Incompetence or deliberate intent? That is the question in the minds of many observers as they look at the muddled strategies the government and health services in the United Kingdom are pursuing as they struggle to contain local outbreaks of the coronavirus pandemic. While the UK seems to have rowed back from its initial policy of promoting “herd immunity” in the general population, which was fiscally shortsighted, scientifically dubious, and morally vacuous, not much else appears to have changed as the Boris Johnson administration continues to stumble from chronic confusion to cold calculation and back again. Domestic critics are now talking in apocalyptic terms about the challenges facing the country with predictions that some regional hospitals, particularly in London and the north-east of England, may be overwhelmed with COVID-19 patients in the coming weeks, with knock-on effects for others.
Despite the widely expressed fears of an imminent health crisis the Conservative Party government is still reacting in a half-hearted – or half-arsed – manner, more concerned with ideological continuity and data-modelling than saving lives. This can be seen in its erratic behaviour towards the European Union as the politics and acolytes of Brexit continue to cast a baleful influence over events even at a time of international disaster, with literally unbelievable excuses offered by the UK in recent days for ignoring or rejecting cooperation and assistance by or through the EU institutions. It can also be seen in the bizarre decision by Downing Street to place a contract for medical equipment with a vacuum-making company when existing businesses supplying those devices were publicly pleading for orders.
The respected and normally placid publication, The Lancet, has issued an excoriating article on the controversies in Britain:
The UK Government’s Contain–Delay–Mitigate–Research strategy failed. It failed, in part, because ministers didn’t follow WHO’s advice to “test, test, test” every suspected case. They didn’t isolate and quarantine. They didn’t contact trace. These basic principles of public health and infectious disease control were ignored, for reasons that remain opaque. The UK now has a new plan—Suppress–Shield–Treat–Palliate. But this plan, agreed far too late in the course of the outbreak, has left the NHS wholly unprepared for the surge of severely and critically ill patients that will soon come.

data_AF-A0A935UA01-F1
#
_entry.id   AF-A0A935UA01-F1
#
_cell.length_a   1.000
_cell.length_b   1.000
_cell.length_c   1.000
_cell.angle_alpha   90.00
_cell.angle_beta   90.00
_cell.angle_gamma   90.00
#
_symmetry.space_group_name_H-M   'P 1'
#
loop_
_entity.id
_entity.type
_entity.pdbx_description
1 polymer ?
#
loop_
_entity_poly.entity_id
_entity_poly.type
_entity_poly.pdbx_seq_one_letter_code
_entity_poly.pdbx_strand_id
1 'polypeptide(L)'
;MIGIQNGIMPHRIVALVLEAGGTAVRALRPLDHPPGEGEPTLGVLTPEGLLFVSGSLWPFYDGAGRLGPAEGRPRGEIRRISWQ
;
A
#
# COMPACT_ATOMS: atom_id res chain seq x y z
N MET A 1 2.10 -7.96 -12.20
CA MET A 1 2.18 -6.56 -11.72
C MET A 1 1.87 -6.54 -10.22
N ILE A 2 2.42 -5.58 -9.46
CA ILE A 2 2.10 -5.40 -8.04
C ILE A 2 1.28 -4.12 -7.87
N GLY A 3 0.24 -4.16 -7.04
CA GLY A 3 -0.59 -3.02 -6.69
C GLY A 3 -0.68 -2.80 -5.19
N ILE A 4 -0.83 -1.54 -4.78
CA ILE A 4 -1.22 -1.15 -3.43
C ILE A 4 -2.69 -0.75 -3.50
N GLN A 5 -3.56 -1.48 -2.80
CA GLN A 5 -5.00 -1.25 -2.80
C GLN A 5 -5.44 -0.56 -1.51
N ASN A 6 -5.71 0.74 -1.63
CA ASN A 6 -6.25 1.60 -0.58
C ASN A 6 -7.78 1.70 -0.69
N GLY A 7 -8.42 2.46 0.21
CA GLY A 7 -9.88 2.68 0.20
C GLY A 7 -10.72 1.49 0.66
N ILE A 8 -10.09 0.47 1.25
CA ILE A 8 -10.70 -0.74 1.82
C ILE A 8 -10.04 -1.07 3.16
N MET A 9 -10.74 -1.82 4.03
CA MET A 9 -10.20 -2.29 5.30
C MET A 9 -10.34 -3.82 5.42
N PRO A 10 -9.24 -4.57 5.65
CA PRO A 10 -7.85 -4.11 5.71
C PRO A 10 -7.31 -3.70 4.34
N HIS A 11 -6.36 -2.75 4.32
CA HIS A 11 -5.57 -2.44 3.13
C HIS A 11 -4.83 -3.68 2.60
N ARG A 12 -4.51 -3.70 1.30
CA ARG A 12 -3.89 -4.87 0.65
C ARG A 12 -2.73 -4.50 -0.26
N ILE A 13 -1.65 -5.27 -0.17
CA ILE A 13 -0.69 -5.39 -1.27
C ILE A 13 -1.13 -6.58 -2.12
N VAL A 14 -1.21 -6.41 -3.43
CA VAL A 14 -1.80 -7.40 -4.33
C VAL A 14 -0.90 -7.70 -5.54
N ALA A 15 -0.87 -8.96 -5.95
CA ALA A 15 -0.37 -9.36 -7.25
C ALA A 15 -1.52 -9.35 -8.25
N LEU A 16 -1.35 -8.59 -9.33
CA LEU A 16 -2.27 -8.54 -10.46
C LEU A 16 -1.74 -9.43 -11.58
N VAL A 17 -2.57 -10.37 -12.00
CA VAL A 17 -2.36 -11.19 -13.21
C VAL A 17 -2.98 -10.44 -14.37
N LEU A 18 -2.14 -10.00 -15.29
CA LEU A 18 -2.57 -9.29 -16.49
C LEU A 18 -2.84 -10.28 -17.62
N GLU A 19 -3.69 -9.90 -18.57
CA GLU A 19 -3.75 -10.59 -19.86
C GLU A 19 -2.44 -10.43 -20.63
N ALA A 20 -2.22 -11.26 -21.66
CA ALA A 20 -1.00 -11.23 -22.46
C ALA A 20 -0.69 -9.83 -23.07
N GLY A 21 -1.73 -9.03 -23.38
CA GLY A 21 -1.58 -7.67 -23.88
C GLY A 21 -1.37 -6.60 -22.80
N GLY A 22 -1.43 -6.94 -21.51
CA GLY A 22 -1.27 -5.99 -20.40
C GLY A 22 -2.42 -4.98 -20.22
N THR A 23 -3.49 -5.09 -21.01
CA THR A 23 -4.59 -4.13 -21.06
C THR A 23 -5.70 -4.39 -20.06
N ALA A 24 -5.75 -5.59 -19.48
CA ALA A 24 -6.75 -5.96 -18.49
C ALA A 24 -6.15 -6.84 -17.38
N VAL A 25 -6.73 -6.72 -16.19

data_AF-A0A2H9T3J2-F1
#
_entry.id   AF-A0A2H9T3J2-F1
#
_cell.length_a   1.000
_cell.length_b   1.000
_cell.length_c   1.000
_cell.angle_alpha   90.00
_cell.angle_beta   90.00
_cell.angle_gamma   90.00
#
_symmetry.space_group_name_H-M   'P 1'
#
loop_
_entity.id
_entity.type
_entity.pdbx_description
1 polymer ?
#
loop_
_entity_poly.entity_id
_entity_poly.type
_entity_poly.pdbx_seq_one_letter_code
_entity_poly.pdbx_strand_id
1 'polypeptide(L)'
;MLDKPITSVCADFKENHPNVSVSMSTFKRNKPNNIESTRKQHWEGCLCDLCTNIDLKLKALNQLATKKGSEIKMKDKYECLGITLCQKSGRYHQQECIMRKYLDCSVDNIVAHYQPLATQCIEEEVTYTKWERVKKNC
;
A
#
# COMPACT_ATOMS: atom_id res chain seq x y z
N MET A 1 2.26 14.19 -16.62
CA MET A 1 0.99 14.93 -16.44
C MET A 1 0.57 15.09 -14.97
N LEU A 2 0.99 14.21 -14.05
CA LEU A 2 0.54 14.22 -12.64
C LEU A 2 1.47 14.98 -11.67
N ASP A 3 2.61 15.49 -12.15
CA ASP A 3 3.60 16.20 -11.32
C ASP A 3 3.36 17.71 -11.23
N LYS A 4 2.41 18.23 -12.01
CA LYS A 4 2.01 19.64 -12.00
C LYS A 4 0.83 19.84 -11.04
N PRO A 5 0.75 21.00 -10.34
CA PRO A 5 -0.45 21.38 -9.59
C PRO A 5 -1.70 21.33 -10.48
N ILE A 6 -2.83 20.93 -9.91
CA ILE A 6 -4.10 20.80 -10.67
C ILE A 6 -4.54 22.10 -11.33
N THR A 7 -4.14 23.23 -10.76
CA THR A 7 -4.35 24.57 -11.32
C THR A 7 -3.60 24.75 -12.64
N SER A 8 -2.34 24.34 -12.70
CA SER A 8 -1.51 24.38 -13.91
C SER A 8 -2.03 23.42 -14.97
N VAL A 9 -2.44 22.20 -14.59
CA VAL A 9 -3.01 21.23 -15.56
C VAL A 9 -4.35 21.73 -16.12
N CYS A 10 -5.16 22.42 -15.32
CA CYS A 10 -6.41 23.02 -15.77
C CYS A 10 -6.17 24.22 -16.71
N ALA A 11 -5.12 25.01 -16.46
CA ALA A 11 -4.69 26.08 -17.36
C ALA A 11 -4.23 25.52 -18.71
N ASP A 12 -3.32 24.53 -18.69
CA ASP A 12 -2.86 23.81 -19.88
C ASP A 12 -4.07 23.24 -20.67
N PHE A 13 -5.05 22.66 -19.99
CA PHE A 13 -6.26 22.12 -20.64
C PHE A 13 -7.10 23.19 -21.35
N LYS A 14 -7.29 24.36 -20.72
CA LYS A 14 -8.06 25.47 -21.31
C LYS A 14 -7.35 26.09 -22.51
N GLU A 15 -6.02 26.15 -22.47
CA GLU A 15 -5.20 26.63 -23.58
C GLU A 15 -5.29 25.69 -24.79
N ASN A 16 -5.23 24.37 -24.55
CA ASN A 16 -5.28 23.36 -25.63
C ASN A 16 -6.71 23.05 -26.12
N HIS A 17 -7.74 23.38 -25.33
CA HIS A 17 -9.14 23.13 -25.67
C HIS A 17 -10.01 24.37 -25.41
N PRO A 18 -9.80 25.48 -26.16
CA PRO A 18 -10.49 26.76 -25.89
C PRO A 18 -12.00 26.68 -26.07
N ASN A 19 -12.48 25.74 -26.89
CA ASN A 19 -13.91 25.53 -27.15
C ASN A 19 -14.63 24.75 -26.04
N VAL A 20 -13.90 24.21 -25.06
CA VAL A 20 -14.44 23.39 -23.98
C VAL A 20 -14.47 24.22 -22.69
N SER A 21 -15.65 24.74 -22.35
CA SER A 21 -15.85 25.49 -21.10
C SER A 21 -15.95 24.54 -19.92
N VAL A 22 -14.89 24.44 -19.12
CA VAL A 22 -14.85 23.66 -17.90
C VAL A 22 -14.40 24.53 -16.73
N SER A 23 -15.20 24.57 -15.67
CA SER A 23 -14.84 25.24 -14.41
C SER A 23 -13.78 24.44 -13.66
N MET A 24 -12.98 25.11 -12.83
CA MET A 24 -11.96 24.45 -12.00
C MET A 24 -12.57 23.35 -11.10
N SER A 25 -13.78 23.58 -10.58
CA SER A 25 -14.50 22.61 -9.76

I receive examples daily of doctors having to assess patients with respiratory symptoms but who do so without the necessary PPE to complete their jobs safely. Health workers are challenged if they ask for face masks. Even where there is PPE, there may be no training. WHO standards are not being met. Proper testing of masks is being omitted. Stickers with new expiry dates are being put on PPE that expired in 2016. Doctors have been forced to go to hardware stores to buy their own face masks. Patients with suspected COVID-19 are mixing with non-COVID-19 patients. The situation is so dire that staff are frequently breaking down in tears.
The NHS has been wholly unprepared for this pandemic.
The result has been chaos and panic across the NHS. Patients will die unnecessarily. NHS staff will die unnecessarily. It is, indeed, as one health worker wrote last week, “a national scandal”. The gravity of that scandal has yet to be understood.
According to several experts on the subject the United Kingdom may find itself not far behind European neighbours like Italy or Spain in terms of confirmed COVID-19 cases if it does not dramatically escalate its response to the pandemic. Which, as pointed out previously, has serious implications for this country as the UK policy remains the default one for the unionist-led power-sharing administration in the Six Counties. Despite attempts by their media defenders and apologists to tar the different parts of the Stormont Executive with the same brush, it is the DUP’s Arlene Foster, the UUP’S Robin Swann and the APNI’s Naomi Long who are keeping the disputed region in lockstep with Britain, despite the objections of Sinn Féin and the SDLP. And, indeed, other minor parties and organisations in the north-east. The unionist bloc in the cross-community assembly, whether hard or soft, is again putting a political “union” before flesh and blood lives with potentially fatal implications for tens of thousands of vulnerable people across Ireland.